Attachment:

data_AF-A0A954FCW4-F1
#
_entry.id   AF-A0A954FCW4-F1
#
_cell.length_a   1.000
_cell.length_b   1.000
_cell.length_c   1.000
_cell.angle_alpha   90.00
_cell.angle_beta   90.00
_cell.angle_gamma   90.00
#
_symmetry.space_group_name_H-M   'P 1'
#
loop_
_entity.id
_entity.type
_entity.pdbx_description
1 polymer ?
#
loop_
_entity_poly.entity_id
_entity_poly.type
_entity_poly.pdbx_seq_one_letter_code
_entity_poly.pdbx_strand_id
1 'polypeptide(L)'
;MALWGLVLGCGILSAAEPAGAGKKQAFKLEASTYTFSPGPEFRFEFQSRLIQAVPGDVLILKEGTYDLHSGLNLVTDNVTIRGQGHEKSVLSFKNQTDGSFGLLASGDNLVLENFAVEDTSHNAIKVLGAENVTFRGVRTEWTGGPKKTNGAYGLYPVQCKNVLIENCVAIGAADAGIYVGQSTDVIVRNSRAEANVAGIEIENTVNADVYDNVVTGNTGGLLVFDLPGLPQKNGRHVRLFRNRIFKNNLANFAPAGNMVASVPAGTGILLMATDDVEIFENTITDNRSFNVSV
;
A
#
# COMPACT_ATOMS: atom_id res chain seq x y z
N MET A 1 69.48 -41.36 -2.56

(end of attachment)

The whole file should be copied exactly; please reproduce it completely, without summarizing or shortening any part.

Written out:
data_AF-A0A954FCW4-F1
#
_entry.id   AF-A0A954FCW4-F1
#
_cell.length_a   1.000
_cell.length_b   1.000
_cell.length_c   1.000
_cell.angle_alpha   90.00
_cell.angle_beta   90.00
_cell.angle_gamma   90.00
#
_symmetry.space_group_name_H-M   'P 1'
#
loop_
_entity.id
_entity.type
_entity.pdbx_description
1 polymer ?
#
loop_
_entity_poly.entity_id
_entity_poly.type
_entity_poly.pdbx_seq_one_letter_code
_entity_poly.pdbx_strand_id
1 'polypeptide(L)'
;MALWGLVLGCGILSAAEPAGAGKKQAFKLEASTYTFSPGPEFRFEFQSRLIQAVPGDVLILKEGTYDLHSGLNLVTDNVTIRGQGHEKSVLSFKNQTDGSFGLLASGDNLVLENFAVEDTSHNAIKVLGAENVTFRGVRTEWTGGPKKTNGAYGLYPVQCKNVLIENCVAIGAADAGIYVGQSTDVIVRNSRAEANVAGIEIENTVNADVYDNVVTGNTGGLLVFDLPGLPQKNGRHVRLFRNRIFKNNLANFAPAGNMVASVPAGTGILLMATDDVEIFENTITDNRSFNVSV
;
A
#
# COMPACT_ATOMS: atom_id res chain seq x y z
N MET A 1 69.48 -41.36 -2.56